TONDU 44A" v. BRIDGEND H.EQUINS. Played on the ground of the lattci^ resulted in a victory for Tondu by 2 goals toy. The visitors were superior all roun,0 passing of the backs being especially good, h the for- wards were irresistable. I On Saturday next the first journo Nanty- moel, whilst the" A" team play Pen at home.
ENDANGERING PUBLIC HEALTH. WHOLESOME PROSECUTION AT ABERAVON. At the Aberavon County Police-court, on Mon. day—before Messrs D. It. David, Lewis Lewis (mayor), and J, M. Smith—Elizabeth W clkin, of Taibach, was summoned under section 126 of the Public Health Act, by Inspector Bishop, on behalf of the Margam Urban District Council. From the evidence it appeared that the defen- dant took her child who was suffering from scarlet fever, to the house of her mother, and committed several acts of flagrant indiscretion which en- dangered the public health. She was fined 10s and costs.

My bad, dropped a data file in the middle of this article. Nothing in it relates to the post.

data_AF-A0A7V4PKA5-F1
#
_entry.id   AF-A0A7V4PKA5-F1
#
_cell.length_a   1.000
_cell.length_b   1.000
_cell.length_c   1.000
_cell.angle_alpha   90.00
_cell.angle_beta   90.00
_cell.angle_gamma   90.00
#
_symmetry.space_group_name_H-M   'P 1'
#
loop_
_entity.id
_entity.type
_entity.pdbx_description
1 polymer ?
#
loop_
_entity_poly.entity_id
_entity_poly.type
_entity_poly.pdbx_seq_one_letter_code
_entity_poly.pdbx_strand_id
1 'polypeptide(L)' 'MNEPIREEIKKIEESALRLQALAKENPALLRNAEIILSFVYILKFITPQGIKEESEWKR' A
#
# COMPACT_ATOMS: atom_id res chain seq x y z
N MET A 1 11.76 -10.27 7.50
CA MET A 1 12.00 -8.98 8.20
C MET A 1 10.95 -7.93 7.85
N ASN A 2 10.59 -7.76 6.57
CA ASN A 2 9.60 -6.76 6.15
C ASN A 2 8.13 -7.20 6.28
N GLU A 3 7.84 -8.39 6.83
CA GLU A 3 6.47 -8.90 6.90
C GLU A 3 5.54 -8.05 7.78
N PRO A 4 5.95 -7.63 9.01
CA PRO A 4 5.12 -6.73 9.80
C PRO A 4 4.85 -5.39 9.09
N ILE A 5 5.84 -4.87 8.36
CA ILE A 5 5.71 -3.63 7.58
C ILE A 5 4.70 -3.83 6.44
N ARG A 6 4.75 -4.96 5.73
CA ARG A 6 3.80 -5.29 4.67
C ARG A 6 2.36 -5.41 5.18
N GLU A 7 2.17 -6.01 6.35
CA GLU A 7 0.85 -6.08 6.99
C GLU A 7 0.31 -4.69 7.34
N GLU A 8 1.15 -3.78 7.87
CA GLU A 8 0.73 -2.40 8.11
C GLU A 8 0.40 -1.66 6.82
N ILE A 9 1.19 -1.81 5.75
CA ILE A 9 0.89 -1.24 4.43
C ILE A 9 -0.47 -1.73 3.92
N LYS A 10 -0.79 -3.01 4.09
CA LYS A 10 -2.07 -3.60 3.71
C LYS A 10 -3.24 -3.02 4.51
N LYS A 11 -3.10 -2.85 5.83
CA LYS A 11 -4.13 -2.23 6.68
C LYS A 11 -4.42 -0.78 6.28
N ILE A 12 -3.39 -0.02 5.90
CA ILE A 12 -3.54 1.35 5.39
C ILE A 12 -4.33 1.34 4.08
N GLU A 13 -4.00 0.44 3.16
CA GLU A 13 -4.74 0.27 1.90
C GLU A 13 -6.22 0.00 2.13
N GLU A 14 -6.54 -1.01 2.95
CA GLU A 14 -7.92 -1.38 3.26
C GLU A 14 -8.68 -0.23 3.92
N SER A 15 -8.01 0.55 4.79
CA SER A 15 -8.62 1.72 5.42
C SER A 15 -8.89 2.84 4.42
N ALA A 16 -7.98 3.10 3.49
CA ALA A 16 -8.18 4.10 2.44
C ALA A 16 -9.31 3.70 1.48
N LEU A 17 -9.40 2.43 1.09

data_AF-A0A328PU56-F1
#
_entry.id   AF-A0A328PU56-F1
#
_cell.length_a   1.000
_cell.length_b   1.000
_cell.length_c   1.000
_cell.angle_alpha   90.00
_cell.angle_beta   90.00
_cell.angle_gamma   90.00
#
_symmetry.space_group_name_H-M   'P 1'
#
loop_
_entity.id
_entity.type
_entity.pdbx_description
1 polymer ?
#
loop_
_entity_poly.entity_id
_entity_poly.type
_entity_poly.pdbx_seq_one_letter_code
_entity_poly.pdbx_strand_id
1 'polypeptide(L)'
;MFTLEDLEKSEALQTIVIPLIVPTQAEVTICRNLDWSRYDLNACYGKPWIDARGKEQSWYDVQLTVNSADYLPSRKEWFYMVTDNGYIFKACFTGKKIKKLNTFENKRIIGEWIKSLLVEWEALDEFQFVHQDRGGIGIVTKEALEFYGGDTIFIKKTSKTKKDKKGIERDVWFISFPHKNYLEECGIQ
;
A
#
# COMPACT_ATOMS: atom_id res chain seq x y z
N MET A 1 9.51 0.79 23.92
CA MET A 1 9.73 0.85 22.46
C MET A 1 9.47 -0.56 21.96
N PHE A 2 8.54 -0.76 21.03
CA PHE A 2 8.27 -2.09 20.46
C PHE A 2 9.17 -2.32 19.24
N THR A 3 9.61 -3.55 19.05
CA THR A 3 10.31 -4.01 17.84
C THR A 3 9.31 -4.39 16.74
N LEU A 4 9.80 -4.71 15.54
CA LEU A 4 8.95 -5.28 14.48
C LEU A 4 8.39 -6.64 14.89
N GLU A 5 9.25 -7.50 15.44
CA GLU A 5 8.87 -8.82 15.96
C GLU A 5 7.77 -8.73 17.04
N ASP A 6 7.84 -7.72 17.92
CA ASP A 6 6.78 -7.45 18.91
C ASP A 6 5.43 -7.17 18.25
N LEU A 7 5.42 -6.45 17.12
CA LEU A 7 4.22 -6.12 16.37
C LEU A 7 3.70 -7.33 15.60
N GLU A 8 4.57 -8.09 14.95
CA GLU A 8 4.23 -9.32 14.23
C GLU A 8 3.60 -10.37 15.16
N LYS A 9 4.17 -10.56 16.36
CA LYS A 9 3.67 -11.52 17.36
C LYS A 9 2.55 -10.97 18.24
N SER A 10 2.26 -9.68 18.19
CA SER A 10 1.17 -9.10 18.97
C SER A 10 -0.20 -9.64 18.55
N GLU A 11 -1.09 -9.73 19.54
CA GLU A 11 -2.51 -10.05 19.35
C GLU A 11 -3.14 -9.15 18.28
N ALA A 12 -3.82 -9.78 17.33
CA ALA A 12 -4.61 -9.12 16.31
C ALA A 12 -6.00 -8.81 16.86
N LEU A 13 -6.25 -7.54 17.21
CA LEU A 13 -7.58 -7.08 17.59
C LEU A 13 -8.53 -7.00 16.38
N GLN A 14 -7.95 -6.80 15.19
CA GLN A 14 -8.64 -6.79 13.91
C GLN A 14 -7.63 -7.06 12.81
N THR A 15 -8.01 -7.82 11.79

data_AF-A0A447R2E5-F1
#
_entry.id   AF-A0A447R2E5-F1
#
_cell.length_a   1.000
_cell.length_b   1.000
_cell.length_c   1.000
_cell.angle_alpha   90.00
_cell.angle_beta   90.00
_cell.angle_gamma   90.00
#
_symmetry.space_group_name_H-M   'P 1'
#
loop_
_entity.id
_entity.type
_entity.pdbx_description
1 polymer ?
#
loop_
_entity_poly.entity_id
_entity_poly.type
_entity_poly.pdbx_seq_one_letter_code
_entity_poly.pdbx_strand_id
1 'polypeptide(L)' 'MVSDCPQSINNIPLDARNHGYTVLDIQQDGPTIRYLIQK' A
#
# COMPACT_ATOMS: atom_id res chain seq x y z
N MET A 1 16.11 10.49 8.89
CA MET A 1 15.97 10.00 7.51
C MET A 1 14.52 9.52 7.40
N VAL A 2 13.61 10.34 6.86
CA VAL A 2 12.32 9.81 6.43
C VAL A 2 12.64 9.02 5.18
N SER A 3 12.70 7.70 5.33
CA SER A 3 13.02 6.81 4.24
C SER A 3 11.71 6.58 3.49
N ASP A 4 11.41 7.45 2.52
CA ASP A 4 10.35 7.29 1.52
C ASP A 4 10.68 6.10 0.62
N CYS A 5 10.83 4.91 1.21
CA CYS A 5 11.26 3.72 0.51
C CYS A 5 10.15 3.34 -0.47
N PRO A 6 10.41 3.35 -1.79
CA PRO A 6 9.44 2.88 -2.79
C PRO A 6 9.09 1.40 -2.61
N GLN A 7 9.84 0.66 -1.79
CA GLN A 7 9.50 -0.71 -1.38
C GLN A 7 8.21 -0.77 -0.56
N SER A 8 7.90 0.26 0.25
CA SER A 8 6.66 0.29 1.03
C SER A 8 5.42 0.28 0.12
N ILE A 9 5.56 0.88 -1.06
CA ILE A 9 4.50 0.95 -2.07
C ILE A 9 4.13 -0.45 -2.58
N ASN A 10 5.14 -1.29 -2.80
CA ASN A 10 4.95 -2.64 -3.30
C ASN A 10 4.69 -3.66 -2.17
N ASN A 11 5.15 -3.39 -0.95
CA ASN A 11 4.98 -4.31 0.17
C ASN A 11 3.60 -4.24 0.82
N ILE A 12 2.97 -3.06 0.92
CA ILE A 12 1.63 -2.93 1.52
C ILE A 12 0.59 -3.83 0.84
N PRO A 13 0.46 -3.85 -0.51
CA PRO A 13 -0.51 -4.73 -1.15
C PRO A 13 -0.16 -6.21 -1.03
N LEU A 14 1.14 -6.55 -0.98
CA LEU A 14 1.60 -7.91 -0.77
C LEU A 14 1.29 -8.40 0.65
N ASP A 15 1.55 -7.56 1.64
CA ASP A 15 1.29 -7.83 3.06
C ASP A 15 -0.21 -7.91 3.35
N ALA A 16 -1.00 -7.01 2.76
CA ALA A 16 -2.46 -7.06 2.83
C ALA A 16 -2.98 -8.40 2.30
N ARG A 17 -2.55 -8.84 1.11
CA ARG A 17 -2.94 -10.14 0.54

rpOWLE'S PENNYROYAL and STEEL «*• PILLS for FEMALES qucklr correct all Irregularities, removeall obstrueiiors, and relieve the distressing symptoms so prevalent with the Ss* Box i! Is ljd. ami 2s. 9d of all chemists. Send anywhere on receipt of 15 or S4 stamps br the Mak:r, J £ T. TOWLE,Chtimi«U Natungbam. [241